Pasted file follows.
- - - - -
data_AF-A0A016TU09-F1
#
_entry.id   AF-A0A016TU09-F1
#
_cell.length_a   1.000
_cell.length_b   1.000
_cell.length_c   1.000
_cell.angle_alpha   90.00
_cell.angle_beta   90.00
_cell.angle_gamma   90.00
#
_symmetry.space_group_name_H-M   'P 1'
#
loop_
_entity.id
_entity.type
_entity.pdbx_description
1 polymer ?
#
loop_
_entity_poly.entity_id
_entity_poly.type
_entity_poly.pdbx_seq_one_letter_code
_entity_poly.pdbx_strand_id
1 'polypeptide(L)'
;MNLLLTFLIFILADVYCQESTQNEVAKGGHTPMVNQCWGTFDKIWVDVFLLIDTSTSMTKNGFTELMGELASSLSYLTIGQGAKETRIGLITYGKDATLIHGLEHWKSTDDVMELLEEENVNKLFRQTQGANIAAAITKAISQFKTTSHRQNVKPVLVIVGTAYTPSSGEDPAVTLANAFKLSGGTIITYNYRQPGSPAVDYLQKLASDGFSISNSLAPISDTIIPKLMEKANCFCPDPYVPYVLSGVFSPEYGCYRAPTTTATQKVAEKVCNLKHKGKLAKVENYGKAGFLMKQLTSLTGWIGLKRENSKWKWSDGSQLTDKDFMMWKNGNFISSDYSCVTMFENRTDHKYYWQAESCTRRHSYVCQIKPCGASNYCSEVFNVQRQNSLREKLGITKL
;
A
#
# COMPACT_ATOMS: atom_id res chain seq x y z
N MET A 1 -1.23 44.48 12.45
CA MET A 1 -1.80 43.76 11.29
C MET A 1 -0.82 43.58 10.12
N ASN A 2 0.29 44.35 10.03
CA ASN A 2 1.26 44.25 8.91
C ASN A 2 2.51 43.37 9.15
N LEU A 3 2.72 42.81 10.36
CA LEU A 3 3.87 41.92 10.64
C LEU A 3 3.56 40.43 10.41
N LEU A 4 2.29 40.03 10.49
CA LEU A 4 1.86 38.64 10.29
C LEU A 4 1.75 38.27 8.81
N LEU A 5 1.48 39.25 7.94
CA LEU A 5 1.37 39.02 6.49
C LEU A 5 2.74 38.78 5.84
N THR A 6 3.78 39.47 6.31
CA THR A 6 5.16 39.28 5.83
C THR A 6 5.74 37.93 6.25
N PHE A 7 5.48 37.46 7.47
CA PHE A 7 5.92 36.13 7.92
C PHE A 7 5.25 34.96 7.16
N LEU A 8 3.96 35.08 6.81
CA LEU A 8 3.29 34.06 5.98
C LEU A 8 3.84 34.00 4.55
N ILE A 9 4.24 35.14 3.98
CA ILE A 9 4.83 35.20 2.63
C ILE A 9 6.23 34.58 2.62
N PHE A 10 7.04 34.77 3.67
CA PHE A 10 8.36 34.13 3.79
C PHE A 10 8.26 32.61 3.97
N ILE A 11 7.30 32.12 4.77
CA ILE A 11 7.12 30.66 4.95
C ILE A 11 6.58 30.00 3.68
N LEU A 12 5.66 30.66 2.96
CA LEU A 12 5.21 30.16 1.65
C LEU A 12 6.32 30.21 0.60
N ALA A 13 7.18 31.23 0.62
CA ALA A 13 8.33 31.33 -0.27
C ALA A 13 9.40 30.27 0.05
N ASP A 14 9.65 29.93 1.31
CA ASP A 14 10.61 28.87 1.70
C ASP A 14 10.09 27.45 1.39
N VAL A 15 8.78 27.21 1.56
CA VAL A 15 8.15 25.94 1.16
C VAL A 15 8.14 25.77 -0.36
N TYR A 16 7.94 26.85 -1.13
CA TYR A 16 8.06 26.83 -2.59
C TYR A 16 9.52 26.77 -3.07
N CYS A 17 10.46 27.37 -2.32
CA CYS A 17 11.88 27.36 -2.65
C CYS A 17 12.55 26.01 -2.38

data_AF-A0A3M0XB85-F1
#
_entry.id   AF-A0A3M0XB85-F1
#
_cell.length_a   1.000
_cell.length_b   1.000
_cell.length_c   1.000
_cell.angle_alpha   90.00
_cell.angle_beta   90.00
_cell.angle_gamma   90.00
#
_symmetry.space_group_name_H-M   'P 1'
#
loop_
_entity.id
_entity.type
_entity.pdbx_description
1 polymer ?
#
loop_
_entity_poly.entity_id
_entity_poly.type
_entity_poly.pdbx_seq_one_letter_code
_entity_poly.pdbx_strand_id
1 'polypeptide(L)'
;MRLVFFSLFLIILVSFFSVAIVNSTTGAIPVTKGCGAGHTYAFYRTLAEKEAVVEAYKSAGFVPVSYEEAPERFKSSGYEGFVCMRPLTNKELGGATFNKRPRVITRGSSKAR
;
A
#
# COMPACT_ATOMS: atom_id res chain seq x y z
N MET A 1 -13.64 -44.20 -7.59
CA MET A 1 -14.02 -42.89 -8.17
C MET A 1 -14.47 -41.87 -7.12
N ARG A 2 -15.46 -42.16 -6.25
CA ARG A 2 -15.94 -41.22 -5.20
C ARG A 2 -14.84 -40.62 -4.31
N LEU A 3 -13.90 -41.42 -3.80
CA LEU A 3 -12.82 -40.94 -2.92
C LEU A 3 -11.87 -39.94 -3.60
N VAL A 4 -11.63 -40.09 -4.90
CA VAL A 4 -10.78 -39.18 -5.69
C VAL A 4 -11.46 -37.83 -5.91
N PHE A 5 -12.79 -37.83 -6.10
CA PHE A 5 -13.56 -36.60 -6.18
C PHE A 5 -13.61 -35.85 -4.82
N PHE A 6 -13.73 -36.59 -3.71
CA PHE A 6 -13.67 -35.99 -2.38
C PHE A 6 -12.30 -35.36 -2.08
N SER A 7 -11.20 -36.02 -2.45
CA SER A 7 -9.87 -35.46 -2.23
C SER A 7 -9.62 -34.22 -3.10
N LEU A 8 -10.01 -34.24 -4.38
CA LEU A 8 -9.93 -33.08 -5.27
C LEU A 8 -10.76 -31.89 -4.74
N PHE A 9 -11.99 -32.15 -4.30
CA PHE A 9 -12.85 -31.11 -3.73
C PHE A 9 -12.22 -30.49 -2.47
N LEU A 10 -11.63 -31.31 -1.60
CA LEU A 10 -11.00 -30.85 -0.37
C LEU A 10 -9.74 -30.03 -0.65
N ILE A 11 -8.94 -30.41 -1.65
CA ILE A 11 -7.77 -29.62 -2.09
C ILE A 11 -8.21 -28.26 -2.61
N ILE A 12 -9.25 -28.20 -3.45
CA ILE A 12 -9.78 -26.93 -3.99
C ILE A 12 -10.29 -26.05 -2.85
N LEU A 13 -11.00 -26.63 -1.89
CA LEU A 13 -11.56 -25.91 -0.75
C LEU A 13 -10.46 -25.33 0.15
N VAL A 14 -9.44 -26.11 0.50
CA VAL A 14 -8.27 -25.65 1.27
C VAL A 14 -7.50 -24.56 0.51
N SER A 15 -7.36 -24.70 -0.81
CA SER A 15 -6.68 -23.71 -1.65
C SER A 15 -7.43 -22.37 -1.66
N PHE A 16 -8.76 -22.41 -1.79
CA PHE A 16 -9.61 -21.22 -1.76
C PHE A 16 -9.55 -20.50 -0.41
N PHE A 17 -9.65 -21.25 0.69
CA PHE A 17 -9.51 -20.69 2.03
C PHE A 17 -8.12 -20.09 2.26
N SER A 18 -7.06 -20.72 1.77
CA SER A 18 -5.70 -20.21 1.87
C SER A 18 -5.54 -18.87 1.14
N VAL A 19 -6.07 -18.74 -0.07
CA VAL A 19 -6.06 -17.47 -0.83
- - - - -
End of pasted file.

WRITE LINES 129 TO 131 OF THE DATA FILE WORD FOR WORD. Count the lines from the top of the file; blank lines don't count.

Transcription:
C PHE A 6 -12.30 -35.36 -2.08
N SER A 7 -11.20 -36.02 -2.45
CA SER A 7 -9.87 -35.46 -2.23